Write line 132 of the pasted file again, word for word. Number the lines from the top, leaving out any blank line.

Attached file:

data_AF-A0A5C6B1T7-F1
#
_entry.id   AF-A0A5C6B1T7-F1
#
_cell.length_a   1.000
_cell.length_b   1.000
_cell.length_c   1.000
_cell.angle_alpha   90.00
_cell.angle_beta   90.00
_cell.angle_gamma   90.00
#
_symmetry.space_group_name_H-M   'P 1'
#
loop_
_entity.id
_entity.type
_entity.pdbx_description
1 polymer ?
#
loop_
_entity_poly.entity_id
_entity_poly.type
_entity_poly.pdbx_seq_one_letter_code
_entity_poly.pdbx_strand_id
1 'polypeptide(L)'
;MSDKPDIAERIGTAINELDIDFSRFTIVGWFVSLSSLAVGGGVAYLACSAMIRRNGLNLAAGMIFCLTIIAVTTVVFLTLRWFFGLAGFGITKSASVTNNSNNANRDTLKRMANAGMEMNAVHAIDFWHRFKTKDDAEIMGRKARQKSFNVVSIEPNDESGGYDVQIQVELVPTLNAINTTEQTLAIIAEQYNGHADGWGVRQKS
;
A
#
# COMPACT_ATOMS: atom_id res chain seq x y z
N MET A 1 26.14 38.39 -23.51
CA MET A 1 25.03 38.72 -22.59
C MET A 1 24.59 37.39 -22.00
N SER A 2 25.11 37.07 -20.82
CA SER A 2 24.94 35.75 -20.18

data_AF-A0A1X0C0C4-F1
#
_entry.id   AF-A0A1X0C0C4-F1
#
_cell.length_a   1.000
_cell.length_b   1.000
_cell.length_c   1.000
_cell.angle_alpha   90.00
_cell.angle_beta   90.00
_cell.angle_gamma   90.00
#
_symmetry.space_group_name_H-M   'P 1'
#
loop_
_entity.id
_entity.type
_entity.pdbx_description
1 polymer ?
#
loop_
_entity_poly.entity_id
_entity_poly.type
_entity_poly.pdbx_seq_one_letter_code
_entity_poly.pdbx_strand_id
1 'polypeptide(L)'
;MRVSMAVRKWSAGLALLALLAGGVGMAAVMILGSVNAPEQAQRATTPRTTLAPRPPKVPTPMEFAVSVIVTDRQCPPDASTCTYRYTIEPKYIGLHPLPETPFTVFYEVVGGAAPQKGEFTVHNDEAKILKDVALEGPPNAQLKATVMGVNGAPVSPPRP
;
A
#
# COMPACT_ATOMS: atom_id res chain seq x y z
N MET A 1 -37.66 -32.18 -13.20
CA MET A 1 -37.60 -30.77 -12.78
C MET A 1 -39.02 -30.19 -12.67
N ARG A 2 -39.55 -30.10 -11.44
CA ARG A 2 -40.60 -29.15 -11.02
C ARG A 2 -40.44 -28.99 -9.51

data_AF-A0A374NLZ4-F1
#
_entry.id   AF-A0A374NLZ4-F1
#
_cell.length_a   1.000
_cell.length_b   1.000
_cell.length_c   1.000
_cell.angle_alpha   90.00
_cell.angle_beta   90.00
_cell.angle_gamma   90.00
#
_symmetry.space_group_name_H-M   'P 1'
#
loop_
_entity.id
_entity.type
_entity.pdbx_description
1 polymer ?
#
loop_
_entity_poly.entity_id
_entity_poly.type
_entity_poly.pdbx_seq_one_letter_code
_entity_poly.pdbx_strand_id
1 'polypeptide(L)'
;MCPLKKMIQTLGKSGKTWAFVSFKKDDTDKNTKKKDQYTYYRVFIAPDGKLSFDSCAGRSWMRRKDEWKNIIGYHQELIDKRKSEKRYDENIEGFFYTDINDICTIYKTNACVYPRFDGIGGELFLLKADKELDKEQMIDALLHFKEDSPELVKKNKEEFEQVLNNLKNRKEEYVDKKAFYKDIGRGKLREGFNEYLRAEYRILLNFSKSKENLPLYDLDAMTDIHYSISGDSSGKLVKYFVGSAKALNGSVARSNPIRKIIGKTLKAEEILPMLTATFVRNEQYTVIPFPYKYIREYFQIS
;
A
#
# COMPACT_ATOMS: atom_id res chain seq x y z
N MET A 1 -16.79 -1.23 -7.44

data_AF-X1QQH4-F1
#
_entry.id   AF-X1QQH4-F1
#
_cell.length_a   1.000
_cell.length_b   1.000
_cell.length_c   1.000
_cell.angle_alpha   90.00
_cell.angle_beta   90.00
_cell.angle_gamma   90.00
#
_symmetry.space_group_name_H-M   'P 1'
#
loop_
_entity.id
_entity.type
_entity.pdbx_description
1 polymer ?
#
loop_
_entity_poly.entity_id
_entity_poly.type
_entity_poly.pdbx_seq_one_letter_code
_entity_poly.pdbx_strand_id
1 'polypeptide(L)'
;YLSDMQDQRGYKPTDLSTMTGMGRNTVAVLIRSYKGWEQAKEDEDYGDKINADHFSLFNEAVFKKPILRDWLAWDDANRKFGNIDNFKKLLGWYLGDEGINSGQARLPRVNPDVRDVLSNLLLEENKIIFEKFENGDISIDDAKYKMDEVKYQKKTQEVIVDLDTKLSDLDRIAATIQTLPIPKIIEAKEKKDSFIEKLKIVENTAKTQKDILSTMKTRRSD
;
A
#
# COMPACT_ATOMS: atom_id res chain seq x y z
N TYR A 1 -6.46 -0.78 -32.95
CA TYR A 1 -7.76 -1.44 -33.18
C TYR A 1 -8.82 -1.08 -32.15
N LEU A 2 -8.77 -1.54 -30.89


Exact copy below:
# COMPACT_ATOMS: atom_id res chain seq x y z